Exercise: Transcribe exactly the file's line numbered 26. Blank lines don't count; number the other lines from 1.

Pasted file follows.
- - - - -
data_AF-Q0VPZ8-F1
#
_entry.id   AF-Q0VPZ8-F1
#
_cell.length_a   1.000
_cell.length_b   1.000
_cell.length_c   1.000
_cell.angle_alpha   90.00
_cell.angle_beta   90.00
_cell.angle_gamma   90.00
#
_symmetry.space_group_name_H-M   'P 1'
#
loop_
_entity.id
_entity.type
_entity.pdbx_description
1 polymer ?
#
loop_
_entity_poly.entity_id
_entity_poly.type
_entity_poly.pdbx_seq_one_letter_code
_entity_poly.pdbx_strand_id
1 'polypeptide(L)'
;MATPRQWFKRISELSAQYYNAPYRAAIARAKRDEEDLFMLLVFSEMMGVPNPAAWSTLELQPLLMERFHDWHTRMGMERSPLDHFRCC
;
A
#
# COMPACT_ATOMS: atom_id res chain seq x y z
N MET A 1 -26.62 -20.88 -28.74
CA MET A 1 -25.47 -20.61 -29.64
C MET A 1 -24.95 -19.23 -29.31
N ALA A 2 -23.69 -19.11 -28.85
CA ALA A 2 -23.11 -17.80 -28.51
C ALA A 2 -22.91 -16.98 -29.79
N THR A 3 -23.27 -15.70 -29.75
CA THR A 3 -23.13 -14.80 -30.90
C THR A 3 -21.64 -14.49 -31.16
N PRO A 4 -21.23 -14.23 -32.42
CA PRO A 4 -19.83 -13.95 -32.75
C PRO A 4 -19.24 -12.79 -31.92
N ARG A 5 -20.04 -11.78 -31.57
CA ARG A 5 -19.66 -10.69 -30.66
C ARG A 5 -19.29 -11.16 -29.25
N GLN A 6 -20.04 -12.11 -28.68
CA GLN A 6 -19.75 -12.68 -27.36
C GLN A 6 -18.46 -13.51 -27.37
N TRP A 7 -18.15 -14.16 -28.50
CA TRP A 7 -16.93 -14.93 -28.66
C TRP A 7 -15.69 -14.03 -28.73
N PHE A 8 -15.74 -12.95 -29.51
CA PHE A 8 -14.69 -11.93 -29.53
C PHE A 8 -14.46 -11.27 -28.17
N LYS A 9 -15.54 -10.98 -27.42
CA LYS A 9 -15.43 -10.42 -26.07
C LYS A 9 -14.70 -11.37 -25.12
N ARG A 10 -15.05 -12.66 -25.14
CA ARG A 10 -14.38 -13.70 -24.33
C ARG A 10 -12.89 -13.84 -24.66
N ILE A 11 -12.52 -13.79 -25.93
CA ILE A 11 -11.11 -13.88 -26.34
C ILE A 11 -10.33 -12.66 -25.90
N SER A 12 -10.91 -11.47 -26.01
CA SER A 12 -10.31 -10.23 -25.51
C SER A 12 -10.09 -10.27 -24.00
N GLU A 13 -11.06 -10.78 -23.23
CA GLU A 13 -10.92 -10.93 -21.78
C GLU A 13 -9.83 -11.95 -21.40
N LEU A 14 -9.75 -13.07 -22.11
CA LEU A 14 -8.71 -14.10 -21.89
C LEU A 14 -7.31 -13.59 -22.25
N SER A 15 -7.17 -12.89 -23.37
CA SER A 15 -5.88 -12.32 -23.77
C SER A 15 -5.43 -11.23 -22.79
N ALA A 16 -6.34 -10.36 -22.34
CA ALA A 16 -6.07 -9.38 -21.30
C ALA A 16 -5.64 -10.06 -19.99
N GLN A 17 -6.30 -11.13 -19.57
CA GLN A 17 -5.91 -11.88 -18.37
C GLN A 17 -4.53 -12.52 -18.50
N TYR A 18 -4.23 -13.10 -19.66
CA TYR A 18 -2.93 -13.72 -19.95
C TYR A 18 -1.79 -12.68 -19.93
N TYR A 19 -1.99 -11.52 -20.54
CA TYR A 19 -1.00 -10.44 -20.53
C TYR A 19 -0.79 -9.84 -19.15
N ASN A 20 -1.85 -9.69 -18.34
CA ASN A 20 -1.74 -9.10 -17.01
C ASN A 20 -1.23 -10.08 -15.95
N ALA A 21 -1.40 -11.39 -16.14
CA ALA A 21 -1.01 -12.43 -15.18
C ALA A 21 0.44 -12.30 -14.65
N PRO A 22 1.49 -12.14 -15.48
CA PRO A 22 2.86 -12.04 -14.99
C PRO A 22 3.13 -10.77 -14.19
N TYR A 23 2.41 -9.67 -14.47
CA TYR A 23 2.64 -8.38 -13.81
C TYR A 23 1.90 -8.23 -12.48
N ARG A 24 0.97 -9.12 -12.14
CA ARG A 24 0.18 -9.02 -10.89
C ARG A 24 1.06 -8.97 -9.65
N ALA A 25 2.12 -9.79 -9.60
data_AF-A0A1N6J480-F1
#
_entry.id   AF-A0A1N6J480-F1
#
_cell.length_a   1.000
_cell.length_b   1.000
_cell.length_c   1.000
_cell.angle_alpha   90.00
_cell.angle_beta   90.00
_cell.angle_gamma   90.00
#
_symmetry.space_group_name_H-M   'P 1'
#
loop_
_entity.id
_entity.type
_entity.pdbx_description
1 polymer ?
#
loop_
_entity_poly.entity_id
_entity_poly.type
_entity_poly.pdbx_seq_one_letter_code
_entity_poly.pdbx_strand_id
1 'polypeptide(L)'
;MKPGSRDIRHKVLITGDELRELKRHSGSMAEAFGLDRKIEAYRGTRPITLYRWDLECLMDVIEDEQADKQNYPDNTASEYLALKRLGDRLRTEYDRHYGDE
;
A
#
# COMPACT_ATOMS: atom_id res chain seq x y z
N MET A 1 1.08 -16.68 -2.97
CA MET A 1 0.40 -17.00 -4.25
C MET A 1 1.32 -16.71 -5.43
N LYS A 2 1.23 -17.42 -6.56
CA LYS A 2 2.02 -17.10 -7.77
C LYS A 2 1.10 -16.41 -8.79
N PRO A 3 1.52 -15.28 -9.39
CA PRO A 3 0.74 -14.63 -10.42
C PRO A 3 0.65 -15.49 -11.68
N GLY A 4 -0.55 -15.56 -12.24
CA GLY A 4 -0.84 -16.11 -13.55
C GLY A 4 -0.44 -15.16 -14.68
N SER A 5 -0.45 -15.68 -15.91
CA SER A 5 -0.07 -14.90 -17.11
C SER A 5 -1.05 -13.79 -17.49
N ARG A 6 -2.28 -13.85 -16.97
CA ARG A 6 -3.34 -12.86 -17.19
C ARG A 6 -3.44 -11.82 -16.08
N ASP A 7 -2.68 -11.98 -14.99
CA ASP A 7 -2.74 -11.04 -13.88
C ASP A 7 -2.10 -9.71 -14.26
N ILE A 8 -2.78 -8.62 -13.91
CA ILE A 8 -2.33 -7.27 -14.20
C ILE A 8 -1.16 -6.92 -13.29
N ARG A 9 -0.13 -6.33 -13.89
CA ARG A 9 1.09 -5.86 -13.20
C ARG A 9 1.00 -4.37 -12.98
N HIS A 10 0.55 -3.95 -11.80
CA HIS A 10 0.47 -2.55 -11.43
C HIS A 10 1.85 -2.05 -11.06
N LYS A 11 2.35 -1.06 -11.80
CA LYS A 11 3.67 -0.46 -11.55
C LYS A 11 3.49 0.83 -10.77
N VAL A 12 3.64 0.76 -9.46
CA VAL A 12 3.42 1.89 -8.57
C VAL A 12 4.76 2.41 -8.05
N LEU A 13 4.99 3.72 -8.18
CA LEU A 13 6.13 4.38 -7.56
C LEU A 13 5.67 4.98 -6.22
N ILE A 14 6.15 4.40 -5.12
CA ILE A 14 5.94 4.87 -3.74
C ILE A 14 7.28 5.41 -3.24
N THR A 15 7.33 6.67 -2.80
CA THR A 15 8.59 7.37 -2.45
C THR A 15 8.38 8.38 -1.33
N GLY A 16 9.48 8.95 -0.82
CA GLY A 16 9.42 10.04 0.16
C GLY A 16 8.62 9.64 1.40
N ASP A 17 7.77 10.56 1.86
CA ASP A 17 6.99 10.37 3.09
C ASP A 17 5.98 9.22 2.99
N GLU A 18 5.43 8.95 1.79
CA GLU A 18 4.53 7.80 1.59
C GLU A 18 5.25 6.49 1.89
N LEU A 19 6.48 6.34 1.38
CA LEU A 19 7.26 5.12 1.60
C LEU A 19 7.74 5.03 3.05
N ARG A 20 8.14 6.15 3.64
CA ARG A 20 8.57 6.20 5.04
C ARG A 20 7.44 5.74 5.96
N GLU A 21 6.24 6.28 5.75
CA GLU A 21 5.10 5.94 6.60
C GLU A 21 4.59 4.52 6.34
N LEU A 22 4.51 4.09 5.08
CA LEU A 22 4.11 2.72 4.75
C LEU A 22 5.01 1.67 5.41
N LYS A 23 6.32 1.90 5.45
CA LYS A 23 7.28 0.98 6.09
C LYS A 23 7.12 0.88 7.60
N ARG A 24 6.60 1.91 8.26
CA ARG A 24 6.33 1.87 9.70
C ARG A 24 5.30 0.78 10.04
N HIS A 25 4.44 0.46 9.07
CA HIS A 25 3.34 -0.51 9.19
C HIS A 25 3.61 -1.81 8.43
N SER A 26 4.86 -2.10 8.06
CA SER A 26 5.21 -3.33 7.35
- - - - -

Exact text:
;MATPRQWFKRISELSAQYYNAPYRAAIARAKRDEEDLFMLLVFSEMMGVPNPAAWSTLELQPLLMERFHDWHTRMGMERSPLDHFRCC